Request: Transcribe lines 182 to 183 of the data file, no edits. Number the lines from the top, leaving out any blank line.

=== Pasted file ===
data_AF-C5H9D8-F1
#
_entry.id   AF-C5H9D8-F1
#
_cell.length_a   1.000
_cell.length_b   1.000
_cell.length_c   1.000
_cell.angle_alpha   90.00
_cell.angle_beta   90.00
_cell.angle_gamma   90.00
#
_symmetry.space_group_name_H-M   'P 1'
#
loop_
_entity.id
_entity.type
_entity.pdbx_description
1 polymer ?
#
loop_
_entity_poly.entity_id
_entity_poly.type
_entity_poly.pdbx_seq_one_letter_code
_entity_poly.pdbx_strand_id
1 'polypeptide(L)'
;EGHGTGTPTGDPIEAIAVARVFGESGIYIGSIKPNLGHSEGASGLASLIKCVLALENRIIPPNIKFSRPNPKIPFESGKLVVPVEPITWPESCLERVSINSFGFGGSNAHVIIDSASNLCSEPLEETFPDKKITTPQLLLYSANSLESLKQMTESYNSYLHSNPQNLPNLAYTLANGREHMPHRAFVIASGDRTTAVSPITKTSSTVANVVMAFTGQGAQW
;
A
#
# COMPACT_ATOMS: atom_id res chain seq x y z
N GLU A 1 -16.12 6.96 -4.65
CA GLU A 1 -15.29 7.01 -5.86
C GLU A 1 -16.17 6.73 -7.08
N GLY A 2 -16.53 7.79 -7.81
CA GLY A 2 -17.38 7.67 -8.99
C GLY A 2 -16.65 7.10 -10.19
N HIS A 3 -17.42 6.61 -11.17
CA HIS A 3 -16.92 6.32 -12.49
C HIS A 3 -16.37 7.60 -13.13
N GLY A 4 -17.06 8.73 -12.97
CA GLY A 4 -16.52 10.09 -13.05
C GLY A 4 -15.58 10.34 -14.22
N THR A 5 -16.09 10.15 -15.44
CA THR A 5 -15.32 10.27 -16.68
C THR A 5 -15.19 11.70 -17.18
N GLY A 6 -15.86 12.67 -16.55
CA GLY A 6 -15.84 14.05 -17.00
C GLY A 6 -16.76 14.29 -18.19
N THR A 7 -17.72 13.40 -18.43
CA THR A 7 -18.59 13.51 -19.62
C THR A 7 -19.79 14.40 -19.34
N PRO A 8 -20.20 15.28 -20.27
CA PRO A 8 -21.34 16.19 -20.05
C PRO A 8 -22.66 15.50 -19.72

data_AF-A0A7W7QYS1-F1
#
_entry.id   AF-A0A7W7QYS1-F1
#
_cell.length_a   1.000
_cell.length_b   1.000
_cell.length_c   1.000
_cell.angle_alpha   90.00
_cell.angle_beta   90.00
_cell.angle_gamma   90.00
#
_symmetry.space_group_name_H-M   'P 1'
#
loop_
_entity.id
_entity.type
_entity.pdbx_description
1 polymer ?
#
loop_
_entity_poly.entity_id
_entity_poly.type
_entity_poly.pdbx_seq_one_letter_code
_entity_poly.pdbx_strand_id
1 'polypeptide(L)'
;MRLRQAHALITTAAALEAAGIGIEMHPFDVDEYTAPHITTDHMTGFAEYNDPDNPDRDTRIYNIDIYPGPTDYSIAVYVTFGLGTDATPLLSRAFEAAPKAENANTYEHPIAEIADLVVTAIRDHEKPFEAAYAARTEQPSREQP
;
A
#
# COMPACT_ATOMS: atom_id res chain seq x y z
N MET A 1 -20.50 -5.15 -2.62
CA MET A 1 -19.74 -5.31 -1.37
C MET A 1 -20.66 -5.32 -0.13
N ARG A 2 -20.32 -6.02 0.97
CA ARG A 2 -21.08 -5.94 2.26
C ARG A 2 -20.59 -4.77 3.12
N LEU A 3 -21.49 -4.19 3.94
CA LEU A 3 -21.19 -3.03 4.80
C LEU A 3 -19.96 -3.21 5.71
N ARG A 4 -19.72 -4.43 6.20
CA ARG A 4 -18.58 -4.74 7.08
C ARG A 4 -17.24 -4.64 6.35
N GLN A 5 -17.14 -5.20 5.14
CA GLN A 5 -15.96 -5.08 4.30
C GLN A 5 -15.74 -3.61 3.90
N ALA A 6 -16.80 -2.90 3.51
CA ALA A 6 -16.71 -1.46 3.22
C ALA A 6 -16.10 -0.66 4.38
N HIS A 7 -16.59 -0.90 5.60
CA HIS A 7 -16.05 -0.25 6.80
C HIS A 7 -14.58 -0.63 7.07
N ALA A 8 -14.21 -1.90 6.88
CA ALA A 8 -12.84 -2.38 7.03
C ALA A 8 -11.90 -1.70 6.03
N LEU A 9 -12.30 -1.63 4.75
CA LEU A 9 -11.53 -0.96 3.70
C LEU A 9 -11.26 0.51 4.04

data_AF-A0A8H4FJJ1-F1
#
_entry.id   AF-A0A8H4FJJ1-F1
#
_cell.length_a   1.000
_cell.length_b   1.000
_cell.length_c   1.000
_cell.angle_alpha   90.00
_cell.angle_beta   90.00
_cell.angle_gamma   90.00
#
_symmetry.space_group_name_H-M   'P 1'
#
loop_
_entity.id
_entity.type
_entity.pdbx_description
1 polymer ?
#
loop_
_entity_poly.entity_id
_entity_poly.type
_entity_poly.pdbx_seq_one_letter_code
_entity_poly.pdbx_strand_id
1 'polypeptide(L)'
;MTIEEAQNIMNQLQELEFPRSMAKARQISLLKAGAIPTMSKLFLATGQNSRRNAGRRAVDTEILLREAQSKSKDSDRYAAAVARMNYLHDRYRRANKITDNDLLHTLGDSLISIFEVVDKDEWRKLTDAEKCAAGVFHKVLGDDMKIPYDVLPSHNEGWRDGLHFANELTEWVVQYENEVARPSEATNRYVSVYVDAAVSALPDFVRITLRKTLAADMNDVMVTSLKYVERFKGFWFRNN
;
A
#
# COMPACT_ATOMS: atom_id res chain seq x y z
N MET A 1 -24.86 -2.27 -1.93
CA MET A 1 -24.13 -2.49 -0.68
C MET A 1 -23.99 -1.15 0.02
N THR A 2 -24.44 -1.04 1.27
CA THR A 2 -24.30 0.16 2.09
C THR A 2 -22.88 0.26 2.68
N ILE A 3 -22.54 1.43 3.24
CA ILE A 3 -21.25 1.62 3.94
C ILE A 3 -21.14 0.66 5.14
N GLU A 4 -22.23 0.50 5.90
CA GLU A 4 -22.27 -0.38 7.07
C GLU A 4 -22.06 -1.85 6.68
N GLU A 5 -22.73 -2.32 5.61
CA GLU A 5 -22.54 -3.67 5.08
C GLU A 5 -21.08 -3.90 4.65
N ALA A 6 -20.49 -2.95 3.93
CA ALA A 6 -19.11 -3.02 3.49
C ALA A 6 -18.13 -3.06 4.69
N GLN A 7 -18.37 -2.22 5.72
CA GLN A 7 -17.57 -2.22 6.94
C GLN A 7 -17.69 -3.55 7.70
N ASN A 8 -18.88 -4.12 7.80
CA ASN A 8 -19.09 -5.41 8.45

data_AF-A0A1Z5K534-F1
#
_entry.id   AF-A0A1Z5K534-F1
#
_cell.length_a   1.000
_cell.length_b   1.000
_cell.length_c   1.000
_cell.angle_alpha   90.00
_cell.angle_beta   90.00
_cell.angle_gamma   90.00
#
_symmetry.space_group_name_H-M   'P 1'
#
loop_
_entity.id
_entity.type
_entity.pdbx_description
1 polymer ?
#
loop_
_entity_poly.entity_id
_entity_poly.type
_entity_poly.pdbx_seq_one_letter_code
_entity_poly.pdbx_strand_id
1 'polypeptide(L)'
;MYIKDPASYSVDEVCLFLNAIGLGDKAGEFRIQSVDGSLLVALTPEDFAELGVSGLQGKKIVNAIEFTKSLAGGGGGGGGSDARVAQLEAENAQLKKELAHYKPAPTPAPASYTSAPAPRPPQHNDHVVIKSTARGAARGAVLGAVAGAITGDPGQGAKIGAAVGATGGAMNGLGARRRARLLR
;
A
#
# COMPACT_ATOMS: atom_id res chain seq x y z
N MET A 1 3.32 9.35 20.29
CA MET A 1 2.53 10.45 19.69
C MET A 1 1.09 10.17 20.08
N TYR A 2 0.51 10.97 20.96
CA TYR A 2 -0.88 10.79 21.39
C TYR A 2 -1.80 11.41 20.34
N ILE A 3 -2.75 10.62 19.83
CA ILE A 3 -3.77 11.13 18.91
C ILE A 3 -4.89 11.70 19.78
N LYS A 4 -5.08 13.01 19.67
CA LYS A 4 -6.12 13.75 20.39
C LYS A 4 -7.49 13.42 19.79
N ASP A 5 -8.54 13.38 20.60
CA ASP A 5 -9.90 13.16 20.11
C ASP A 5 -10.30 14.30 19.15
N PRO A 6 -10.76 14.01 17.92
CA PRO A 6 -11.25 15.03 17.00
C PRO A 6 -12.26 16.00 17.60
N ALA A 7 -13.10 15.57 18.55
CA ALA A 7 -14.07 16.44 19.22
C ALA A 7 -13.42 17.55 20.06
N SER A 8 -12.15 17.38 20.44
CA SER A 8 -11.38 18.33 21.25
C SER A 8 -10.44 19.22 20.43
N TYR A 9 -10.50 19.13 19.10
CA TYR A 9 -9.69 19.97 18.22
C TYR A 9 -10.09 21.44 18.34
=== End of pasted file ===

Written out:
1 polymer ?
#